Zhou Yongkang appears at the scene of a fire in Hengyang, Hunan Province, November 2013
specific wording of the announcement. The fact that Zhou has apparently been detained by the Central Commission for Discipline Inspection, the Party’s internal graft watchdog, and is thus out of the hands of the criminal justice system, is for many a cause for concern. Unless he is made subject to public prosecution, some argue that Zhou might still escape punishment proportionate to his suspected crimes. Given the scale of the allegations against Zhou, and the fact that the media has been given considerable license to report on the investigation (though the official State media have remained largely muted in their coverage), a criminal trial seems likely at some point. It remains unclear how much Zhou and his family have amassed, but reports suggest billions of US dollars. An earlier report by Reuters estimated that the Zhou family collectively held assets worth 90 billion yuan (US$14.6bn).
For the new leadership, the investigation into the Party’s former security chief is crucial both in the context of its ongoing struggle with corruption in its ranks, but also in establishing its own political line, distancing Xi Jinping in particular from the toxic legacy associated with Zhou’s tenure.
Zhou, in uniform, meets police officers in Beijing during the 2003 SARS crisis
Dubbed China’s “security czar,” Zhou had long been blamed for the widespread social injustice and excessive force applied by China’s police force in achieving the Party’s paramount goal of “stability maintenance.” Blame for such wide-ranging issues as forced demolition and illegal land appropriation, the abuse and detention of law-abiding petitioners and heavy-handed responses to public protest have all been laid at Zhou’s door. Presiding for a time over an internal security budget that outstripped all other public spending including on defense, education and healthcare, Zhou is also believed to have attempted to realign the power structure of China’s internal security mechanisms, resulting in brutality and contempt for legal procedure within the police force in particular. Since Xi took office, many structural changes introduced under Zhou have been reversed. According to various reports appearing in the Chinese media, Zhou, now described as an “erratic tyrant,” took a personal role in “handling public grievances” relating to these problems. The Beijing News for example reported that following the self-immolation of a woman surnamed Tang protesting the forced demolition of her Sichuan home in 2009, Zhou personally approved an intimidation campaign launched against her family by the provincial Party chief. This NEWSCHINA I October 2014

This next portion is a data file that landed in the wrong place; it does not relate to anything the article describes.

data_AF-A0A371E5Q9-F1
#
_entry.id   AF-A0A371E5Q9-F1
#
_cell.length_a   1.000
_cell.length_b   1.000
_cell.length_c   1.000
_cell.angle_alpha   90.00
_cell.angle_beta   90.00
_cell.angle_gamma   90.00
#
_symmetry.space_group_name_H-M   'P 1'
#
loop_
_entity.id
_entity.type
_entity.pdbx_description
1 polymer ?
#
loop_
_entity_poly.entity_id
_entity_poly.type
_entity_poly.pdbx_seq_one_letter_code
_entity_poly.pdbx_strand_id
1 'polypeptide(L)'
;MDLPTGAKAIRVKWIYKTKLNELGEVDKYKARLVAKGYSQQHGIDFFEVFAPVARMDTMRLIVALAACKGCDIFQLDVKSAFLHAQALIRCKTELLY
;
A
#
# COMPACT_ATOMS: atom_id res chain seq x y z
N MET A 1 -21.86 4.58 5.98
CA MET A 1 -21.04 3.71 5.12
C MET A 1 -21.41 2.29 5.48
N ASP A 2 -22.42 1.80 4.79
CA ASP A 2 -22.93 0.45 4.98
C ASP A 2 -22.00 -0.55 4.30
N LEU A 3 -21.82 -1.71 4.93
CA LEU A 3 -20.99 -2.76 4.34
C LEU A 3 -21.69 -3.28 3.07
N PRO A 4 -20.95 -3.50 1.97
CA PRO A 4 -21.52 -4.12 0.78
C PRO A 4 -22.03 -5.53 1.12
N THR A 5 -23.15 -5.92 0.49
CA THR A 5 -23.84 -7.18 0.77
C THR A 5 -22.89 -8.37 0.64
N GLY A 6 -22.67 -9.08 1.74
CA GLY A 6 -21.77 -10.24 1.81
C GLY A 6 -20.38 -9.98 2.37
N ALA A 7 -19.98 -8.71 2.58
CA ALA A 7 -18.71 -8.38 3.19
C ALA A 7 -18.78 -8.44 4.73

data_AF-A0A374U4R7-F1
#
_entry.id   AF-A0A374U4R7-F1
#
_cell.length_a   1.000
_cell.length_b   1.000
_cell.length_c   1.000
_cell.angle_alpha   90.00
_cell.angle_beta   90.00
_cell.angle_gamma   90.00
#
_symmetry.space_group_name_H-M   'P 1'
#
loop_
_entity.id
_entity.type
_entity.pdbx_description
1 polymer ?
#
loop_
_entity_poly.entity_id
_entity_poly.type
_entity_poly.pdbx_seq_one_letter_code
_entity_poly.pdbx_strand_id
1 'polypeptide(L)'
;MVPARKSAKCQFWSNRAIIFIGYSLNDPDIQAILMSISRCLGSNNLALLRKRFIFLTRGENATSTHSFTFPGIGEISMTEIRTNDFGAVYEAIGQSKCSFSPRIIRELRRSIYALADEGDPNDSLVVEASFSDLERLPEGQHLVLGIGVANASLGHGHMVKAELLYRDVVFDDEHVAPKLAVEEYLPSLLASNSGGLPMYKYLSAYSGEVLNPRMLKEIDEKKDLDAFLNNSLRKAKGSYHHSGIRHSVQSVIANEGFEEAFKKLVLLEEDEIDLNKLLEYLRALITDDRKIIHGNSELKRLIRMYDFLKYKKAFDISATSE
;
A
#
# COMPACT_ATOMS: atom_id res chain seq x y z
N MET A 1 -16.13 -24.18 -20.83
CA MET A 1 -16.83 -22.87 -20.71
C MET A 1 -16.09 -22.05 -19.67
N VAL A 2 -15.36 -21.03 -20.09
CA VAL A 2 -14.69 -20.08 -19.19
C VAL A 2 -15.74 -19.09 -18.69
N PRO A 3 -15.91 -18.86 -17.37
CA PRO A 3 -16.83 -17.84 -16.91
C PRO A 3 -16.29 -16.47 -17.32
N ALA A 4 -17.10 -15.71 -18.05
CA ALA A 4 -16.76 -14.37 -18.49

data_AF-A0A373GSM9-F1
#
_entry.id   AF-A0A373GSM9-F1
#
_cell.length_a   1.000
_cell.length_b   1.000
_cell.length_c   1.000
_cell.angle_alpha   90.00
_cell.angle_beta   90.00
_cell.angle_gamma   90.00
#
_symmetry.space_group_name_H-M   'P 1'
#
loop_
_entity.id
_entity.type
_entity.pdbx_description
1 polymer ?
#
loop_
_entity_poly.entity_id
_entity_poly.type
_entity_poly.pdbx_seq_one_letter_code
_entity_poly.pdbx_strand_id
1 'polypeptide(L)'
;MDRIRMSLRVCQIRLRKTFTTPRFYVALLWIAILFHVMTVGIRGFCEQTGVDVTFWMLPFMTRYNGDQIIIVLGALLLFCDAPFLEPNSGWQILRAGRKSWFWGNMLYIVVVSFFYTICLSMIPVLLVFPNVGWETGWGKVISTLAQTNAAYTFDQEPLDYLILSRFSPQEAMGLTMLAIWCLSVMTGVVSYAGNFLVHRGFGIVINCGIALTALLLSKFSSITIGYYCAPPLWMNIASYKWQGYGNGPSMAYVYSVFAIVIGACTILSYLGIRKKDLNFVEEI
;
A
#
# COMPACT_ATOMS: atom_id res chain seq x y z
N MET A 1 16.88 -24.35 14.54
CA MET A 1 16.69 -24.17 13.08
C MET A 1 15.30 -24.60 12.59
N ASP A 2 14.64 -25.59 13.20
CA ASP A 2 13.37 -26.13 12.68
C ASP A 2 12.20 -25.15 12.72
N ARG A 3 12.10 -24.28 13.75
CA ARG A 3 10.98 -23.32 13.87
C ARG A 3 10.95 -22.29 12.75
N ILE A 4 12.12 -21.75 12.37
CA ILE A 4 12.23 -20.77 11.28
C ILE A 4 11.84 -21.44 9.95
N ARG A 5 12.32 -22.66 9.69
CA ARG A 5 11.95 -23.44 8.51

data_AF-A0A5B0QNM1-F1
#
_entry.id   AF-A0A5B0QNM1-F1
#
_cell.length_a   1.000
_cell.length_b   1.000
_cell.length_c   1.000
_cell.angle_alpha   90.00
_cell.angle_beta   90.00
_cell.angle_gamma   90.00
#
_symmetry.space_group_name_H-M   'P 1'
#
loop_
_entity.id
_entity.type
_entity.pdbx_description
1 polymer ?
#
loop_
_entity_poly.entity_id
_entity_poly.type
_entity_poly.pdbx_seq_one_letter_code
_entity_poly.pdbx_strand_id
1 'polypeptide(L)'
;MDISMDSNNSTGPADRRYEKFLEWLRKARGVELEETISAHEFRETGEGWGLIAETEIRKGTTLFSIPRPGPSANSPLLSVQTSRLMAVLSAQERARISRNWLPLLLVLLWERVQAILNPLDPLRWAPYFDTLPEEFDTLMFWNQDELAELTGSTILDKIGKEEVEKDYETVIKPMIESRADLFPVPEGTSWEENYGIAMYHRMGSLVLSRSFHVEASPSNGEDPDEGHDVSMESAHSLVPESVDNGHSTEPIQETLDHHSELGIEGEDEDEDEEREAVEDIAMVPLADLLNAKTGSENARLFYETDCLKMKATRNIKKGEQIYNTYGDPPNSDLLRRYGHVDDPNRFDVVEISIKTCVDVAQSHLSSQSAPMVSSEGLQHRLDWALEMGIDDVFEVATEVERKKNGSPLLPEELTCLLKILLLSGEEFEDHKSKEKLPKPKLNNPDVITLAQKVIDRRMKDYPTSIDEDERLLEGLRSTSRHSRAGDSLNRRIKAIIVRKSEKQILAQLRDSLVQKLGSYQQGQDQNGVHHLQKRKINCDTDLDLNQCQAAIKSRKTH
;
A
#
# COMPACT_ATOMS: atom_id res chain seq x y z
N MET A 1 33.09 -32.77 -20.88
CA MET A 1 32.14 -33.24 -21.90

Photos by Xinhua
Zhou visits with an elderly resident in Chongzuo, Guangxi Zhuang Autonomous Region, 2008
resulted in Tang’s family keeping silent about the incident in exchange for financial compensation. Analysts believe that by taking down not only the unpopular Zhou but also his entire network, Xi has not only removed a major political obstacle, but has also rallied public support for his future initiatives.
‘Rule of Law’
It is no coincidence that the investigation into Zhou came on the same day as the announcement that “ruling the country by law” would be the main theme of the Fourth Plenum of the Communist Party’s 18th Central Committee, expected to be held in late October. Since its Third Plenum, the Party has cemented its anti-graft campaign as its top political priority under Xi’s deputy Wang Qishan. Reform advocates hope that, since rule of law has been enshrined in its political vocabulary, the Central Committee will now tackle head-on the root causes of the kind of abuses that typified Zhou’s reign. But despite numerous high profile arrests made in the past year, it is evident that the new central leadership’s hardline attitude has met strong resistance within the Party that elevated them. Citing Internet sources, there have been reports from overseas Chinese media suggesting that many within the senior ranks are wary of Xi’s high-profile NEWSCHINA I October 2014